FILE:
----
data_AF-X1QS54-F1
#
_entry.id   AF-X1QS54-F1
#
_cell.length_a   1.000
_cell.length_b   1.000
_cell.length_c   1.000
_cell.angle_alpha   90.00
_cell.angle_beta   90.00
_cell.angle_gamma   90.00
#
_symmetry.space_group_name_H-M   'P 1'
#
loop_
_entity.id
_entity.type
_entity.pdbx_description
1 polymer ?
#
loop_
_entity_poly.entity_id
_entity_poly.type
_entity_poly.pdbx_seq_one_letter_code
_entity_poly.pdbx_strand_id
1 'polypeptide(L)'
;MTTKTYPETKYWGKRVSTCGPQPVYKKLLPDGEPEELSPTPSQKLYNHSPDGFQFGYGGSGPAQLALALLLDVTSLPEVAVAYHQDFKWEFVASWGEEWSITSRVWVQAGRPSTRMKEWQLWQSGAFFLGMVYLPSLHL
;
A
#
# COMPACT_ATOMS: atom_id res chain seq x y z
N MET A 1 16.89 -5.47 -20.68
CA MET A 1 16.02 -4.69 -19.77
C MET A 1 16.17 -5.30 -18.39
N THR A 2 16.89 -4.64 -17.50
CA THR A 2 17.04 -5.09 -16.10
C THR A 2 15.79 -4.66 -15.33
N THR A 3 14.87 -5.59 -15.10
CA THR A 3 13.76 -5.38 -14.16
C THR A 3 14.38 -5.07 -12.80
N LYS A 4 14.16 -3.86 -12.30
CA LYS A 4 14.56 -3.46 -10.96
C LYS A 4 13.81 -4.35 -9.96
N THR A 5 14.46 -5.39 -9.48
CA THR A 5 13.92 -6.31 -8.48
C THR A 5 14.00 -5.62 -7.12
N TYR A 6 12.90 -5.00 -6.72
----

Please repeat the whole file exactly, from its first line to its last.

data_AF-X1QS54-F1
#
_entry.id   AF-X1QS54-F1
#
_cell.length_a   1.000
_cell.length_b   1.000
_cell.length_c   1.000
_cell.angle_alpha   90.00
_cell.angle_beta   90.00
_cell.angle_gamma   90.00
#
_symmetry.space_group_name_H-M   'P 1'
#
loop_
_entity.id
_entity.type
_entity.pdbx_description
1 polymer ?
#
loop_
_entity_poly.entity_id
_entity_poly.type
_entity_poly.pdbx_seq_one_letter_code
_entity_poly.pdbx_strand_id
1 'polypeptide(L)'
;MTTKTYPETKYWGKRVSTCGPQPVYKKLLPDGEPEELSPTPSQKLYNHSPDGFQFGYGGSGPAQLALALLLDVTSLPEVAVAYHQDFKWEFVASWGEEWSITSRVWVQAGRPSTRMKEWQLWQSGAFFLGMVYLPSLHL
;
A
#
# COMPACT_ATOMS: atom_id res chain seq x y z
N MET A 1 16.89 -5.47 -20.68
CA MET A 1 16.02 -4.69 -19.77
C MET A 1 16.17 -5.30 -18.39
N THR A 2 16.89 -4.64 -17.50
CA THR A 2 17.04 -5.09 -16.10
C THR A 2 15.79 -4.66 -15.33
N THR A 3 14.87 -5.59 -15.10
CA THR A 3 13.76 -5.38 -14.16
C THR A 3 14.38 -5.07 -12.80
N LYS A 4 14.16 -3.86 -12.30
CA LYS A 4 14.56 -3.46 -10.96
C LYS A 4 13.81 -4.35 -9.96
N THR A 5 14.46 -5.39 -9.48
CA THR A 5 13.92 -6.31 -8.48
C THR A 5 14.00 -5.62 -7.12
N TYR A 6 12.90 -5.00 -6.72